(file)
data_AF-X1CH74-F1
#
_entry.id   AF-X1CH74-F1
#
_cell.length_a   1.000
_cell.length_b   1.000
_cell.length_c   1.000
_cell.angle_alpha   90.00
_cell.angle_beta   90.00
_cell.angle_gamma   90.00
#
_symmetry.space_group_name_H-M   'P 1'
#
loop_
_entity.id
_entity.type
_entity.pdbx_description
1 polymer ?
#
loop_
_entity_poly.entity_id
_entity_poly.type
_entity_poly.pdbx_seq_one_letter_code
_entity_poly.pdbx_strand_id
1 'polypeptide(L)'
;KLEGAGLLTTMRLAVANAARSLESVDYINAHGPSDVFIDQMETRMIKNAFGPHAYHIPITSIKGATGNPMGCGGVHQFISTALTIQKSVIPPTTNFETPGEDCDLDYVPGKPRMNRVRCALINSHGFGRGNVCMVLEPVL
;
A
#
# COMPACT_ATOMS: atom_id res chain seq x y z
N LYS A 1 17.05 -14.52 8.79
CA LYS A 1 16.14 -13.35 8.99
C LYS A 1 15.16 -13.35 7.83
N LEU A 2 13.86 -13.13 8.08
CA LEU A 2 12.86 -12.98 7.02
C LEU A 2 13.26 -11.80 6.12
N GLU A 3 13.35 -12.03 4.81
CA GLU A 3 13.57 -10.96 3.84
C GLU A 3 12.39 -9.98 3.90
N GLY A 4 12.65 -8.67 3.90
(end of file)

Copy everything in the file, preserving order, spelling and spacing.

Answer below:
data_AF-X1CH74-F1
#
_entry.id   AF-X1CH74-F1
#
_cell.length_a   1.000
_cell.length_b   1.000
_cell.length_c   1.000
_cell.angle_alpha   90.00
_cell.angle_beta   90.00
_cell.angle_gamma   90.00
#
_symmetry.space_group_name_H-M   'P 1'
#
loop_
_entity.id
_entity.type
_entity.pdbx_description
1 polymer ?
#
loop_
_entity_poly.entity_id
_entity_poly.type
_entity_poly.pdbx_seq_one_letter_code
_entity_poly.pdbx_strand_id
1 'polypeptide(L)'
;KLEGAGLLTTMRLAVANAARSLESVDYINAHGPSDVFIDQMETRMIKNAFGPHAYHIPITSIKGATGNPMGCGGVHQFISTALTIQKSVIPPTTNFETPGEDCDLDYVPGKPRMNRVRCALINSHGFGRGNVCMVLEPVL
;
A
#
# COMPACT_ATOMS: atom_id res chain seq x y z
N LYS A 1 17.05 -14.52 8.79
CA LYS A 1 16.14 -13.35 8.99
C LYS A 1 15.16 -13.35 7.83
N LEU A 2 13.86 -13.13 8.08
CA LEU A 2 12.86 -12.98 7.02
C LEU A 2 13.26 -11.80 6.12
N GLU A 3 13.35 -12.03 4.81
CA GLU A 3 13.57 -10.96 3.84
C GLU A 3 12.39 -9.98 3.90
N GLY A 4 12.65 -8.67 3.90